Written by: The Benton Law Firm Last Updated : August 5, 2022

How to Measure Shared Fault in a Car Accident

After a car accident in Texas, law enforcement, insurance companies, and legal teams will work to investigate who should be held liable. Liability, however, is not always clear-cut, and sometimes multiple parties to the accident will share liability. In this post, we’ll discuss the laws and practices used in Texas to measure shared fault after a car accident.

The state’s negligence laws can be complex, and it’s best to seek the advice of an experienced car accident lawyer if you’re curious about shared fault in your circumstances. The Dallas car accident attorneys of The Benton Law Firm offer free consultations to answer questions you may have. If you sustained injuries and losses after a negligent driver hit you, let us fight for the compensation that you deserve. Contact our firm today at (214) 777-7777.

The Proportionate Responsibility Law in Texas

Chapter 33 of Texas’s Civil Practice and Remedies Code includes the state laws relevant to shared fault for car accidents. The general proportionate responsibility law, TX CPRC 33.001, reads as follows: “In an action to which this chapter applies [including personal injury cases], a claimant may not recover damages if his percentage of responsibility is greater than 50 percent.”

In other words, you can’t obtain compensation from your personal injury lawsuit if the court finds you were more than 50 percent at fault for the car accident.

For example, suppose Alpha and Bravo are driving in the right and left lanes (respectively) of the George Bush Turnpike. On an eastward curve, Alpha veers out of his lane into the passenger side of Bravo’s car, sideswiping him. Alpha sustained injuries to his neck in the accident, while Bravo was not injured.

An investigation determines that there was shared fault. Alpha was using his cell phone and did not check his blind spot, making him two-thirds at fault. Bravo ignored a “Left Lane for Passing Only” sign and camped in the left lane without intending to overtake Alpha, making him one-third at fault.

Because Alpha was 66 percent at fault, he cannot sue for damages according to the Texas proportionate responsibility law because he is over the 50 percent shared fault ceiling for personal injury claims.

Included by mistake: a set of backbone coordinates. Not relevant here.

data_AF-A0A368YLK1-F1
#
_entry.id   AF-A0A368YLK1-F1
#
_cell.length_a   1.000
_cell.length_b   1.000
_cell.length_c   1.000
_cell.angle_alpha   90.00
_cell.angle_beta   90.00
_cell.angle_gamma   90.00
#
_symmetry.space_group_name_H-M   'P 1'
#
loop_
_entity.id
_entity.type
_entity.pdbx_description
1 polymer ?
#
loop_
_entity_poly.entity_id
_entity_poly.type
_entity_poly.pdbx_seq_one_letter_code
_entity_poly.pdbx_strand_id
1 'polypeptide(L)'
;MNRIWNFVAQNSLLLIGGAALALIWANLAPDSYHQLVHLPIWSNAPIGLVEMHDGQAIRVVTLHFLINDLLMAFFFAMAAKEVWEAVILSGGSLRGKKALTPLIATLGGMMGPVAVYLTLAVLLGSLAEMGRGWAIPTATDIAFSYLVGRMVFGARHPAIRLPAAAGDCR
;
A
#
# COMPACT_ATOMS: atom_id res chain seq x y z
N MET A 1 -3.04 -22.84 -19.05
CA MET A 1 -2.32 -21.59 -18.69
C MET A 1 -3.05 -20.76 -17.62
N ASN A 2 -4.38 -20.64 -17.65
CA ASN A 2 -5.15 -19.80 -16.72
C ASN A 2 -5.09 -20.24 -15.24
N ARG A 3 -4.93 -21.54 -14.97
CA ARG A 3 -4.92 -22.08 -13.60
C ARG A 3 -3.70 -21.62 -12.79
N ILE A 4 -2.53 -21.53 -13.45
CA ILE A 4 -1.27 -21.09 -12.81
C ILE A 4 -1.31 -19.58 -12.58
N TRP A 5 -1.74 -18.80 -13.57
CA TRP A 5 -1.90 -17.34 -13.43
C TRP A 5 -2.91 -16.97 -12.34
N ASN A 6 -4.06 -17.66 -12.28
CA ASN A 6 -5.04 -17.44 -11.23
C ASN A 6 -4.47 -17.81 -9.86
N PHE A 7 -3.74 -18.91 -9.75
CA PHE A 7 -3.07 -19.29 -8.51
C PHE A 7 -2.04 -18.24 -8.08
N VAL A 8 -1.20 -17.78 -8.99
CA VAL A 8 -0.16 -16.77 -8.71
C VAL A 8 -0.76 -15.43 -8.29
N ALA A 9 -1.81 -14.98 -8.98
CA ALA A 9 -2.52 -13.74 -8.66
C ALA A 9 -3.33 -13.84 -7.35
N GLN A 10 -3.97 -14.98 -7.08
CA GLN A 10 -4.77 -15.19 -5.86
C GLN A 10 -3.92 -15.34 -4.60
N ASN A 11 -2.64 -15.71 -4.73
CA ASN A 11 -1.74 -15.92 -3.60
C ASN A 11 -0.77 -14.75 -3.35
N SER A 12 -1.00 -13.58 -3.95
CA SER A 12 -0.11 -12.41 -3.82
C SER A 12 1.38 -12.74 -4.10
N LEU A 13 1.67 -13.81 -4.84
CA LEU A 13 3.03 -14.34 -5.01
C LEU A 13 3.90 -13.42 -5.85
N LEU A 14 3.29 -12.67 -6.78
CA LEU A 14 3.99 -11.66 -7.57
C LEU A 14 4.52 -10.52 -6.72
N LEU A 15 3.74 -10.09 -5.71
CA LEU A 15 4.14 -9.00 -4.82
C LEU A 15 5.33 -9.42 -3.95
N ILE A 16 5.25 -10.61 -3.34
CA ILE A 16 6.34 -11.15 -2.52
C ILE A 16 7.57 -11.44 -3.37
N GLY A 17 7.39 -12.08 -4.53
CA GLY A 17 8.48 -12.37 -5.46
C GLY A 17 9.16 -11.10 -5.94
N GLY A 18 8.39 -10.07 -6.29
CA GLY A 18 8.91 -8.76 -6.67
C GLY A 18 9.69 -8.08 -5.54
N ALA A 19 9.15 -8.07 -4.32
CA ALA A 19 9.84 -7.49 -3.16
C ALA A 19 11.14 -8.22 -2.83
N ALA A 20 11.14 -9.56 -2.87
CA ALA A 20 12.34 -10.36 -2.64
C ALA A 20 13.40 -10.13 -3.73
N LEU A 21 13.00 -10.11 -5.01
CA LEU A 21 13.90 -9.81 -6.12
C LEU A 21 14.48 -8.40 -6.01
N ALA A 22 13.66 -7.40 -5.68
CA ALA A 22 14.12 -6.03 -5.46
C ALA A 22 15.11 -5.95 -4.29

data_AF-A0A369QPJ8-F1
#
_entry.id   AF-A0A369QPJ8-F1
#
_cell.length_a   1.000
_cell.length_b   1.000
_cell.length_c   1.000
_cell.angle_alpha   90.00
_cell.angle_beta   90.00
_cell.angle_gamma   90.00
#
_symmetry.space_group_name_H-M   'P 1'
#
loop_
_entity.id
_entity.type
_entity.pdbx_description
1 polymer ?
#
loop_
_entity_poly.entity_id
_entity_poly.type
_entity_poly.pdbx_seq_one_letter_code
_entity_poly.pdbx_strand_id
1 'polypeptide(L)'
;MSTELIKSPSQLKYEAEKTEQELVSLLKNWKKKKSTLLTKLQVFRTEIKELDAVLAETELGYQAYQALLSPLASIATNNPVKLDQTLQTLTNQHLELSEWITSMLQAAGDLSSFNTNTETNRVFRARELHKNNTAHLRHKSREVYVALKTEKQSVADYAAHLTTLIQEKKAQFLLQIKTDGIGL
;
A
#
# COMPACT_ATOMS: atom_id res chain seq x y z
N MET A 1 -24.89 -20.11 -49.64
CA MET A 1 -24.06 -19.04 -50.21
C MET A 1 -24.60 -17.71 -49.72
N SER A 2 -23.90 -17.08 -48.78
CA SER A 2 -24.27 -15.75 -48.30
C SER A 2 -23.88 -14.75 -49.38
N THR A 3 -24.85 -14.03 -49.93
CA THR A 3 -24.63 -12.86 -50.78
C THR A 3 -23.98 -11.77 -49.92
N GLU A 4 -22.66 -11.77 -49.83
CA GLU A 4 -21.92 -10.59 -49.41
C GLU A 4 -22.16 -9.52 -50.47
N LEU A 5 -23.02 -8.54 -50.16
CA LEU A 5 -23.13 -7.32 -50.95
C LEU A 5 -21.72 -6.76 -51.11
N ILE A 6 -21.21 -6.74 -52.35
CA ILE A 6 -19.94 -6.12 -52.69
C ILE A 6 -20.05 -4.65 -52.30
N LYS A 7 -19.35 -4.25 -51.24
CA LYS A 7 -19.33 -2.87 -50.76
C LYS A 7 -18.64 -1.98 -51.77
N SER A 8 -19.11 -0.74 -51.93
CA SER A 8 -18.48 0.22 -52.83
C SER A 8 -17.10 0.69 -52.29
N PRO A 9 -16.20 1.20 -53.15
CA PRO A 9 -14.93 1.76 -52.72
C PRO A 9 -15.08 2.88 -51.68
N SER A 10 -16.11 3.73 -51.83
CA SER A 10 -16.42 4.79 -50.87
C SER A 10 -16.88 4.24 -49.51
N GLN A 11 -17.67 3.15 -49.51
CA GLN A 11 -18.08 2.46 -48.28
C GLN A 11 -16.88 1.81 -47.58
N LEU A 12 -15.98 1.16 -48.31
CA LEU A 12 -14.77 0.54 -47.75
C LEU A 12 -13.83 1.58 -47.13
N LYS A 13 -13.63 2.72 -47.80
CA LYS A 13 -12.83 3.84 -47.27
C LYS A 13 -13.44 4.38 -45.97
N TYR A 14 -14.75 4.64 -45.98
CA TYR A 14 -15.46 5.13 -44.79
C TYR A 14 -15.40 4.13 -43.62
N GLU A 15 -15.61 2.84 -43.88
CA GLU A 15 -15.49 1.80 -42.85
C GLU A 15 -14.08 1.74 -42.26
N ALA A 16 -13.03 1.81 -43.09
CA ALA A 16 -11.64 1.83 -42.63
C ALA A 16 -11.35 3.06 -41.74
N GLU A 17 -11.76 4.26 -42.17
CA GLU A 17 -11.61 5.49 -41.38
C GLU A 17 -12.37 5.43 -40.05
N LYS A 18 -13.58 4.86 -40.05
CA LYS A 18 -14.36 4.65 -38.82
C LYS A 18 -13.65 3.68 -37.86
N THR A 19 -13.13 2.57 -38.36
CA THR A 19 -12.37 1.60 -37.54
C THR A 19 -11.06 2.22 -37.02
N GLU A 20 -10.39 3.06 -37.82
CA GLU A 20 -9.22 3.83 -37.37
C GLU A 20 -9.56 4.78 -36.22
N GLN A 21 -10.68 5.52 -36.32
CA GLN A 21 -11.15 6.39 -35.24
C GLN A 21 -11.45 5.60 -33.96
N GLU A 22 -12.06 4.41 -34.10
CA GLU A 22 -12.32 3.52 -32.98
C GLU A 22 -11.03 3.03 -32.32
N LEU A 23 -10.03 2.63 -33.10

How Is Shared Fault Measured?

Texas law requires “the trier of fact” to determine shared responsibility as a percentage. The law applies to judges and juries in a court setting. However, in personal injury cases, each side’s insurer and legal team will make their own assessments and argue what share of fault goes to each party involved in the accident. If the case goes to court, a judge or jury ultimately has the final say on shared fault proportions.

To assess shared fault, insurers and lawyers will synthesize multiple sources of information. These may include, but are not limited to:

  • The police accident report – Accident reports are objective documents and contain statements from all parties involved in the accident. The reporting officer will record and draw what they see at the accident scene, and they may offer their opinion about who is at fault.
  • Witness statements – The more witnesses that saw the accident, the more solid a prediction of fault may be. Adjusters and attorneys will search for corroborating statements and footage.
  • Issued citations – If a party to the accident violated traffic laws, investigators might consider the citations a responding officer issued when determining fault.

The final percentages of shared fault are subject to change as the case progresses. During negotiations between each party’s insurance companies and their lawyers, each side will seek to minimize their proportion of the shared fault. As they share evidence, the balance of fault may change, ultimately affecting the settlement’s size.

What Consequences Can I Face If I Am Partially at Fault?

If it is determined you were partially at fault for an accident, you may still be able to seek compensation for your injuries and losses. However, even if you were 50 percent or less at fault, proportionate responsibility laws allow courts to consider shared fault when awarding damages, and insurers can reduce the size of a settlement based on the percentage of fault ascribed to you.

Consult a Dallas Car Accident Attorney

Even in matters of shared fault, the Dallas car accident attorneys of The Benton Law Firm could help you fight for the compensation you deserve after a car crash. We work with subject matter experts and investigators to gather the evidence necessary to determine who is liable for the accident. Call us today at (214) 777-7777 for a free, no-obligation case review.

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